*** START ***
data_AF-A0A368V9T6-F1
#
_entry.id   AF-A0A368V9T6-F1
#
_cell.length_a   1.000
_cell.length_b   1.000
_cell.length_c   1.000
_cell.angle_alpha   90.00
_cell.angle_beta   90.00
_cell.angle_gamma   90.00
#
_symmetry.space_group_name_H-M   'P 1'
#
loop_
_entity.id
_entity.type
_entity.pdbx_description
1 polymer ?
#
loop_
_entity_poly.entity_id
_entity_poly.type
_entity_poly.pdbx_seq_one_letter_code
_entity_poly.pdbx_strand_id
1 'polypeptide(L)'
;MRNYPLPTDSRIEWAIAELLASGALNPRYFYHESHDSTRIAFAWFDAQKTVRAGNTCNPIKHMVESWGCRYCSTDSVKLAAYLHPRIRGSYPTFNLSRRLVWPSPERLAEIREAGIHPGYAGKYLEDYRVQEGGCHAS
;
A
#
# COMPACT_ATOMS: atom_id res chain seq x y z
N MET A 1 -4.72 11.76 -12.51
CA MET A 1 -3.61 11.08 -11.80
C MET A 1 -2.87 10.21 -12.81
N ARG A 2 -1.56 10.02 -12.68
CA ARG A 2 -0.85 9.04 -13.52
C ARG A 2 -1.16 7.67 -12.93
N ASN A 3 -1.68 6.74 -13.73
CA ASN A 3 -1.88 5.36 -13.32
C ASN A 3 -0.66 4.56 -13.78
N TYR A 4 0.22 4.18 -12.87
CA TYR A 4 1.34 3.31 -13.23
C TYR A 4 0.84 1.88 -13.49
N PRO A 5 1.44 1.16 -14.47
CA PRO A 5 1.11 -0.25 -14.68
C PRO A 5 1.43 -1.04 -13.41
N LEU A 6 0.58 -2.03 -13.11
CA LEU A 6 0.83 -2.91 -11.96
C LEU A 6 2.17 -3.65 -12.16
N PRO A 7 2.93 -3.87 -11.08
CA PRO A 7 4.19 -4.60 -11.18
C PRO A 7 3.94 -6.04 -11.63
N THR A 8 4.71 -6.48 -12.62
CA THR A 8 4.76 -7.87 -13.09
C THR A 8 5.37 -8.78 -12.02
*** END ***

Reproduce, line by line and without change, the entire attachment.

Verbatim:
data_AF-A0A368V9T6-F1
#
_entry.id   AF-A0A368V9T6-F1
#
_cell.length_a   1.000
_cell.length_b   1.000
_cell.length_c   1.000
_cell.angle_alpha   90.00
_cell.angle_beta   90.00
_cell.angle_gamma   90.00
#
_symmetry.space_group_name_H-M   'P 1'
#
loop_
_entity.id
_entity.type
_entity.pdbx_description
1 polymer ?
#
loop_
_entity_poly.entity_id
_entity_poly.type
_entity_poly.pdbx_seq_one_letter_code
_entity_poly.pdbx_strand_id
1 'polypeptide(L)'
;MRNYPLPTDSRIEWAIAELLASGALNPRYFYHESHDSTRIAFAWFDAQKTVRAGNTCNPIKHMVESWGCRYCSTDSVKLAAYLHPRIRGSYPTFNLSRRLVWPSPERLAEIREAGIHPGYAGKYLEDYRVQEGGCHAS
;
A
#
# COMPACT_ATOMS: atom_id res chain seq x y z
N MET A 1 -4.72 11.76 -12.51
CA MET A 1 -3.61 11.08 -11.80
C MET A 1 -2.87 10.21 -12.81
N ARG A 2 -1.56 10.02 -12.68
CA ARG A 2 -0.85 9.04 -13.52
C ARG A 2 -1.16 7.67 -12.93
N ASN A 3 -1.68 6.74 -13.73
CA ASN A 3 -1.88 5.36 -13.32
C ASN A 3 -0.66 4.56 -13.78
N TYR A 4 0.22 4.18 -12.87
CA TYR A 4 1.34 3.31 -13.23
C TYR A 4 0.84 1.88 -13.49
N PRO A 5 1.44 1.16 -14.47
CA PRO A 5 1.11 -0.25 -14.68
C PRO A 5 1.43 -1.04 -13.41
N LEU A 6 0.58 -2.03 -13.11
CA LEU A 6 0.83 -2.91 -11.96
C LEU A 6 2.17 -3.65 -12.16
N PRO A 7 2.93 -3.87 -11.08
CA PRO A 7 4.19 -4.60 -11.18
C PRO A 7 3.94 -6.04 -11.63
N THR A 8 4.71 -6.48 -12.62
CA THR A 8 4.76 -7.87 -13.09
C THR A 8 5.37 -8.78 -12.02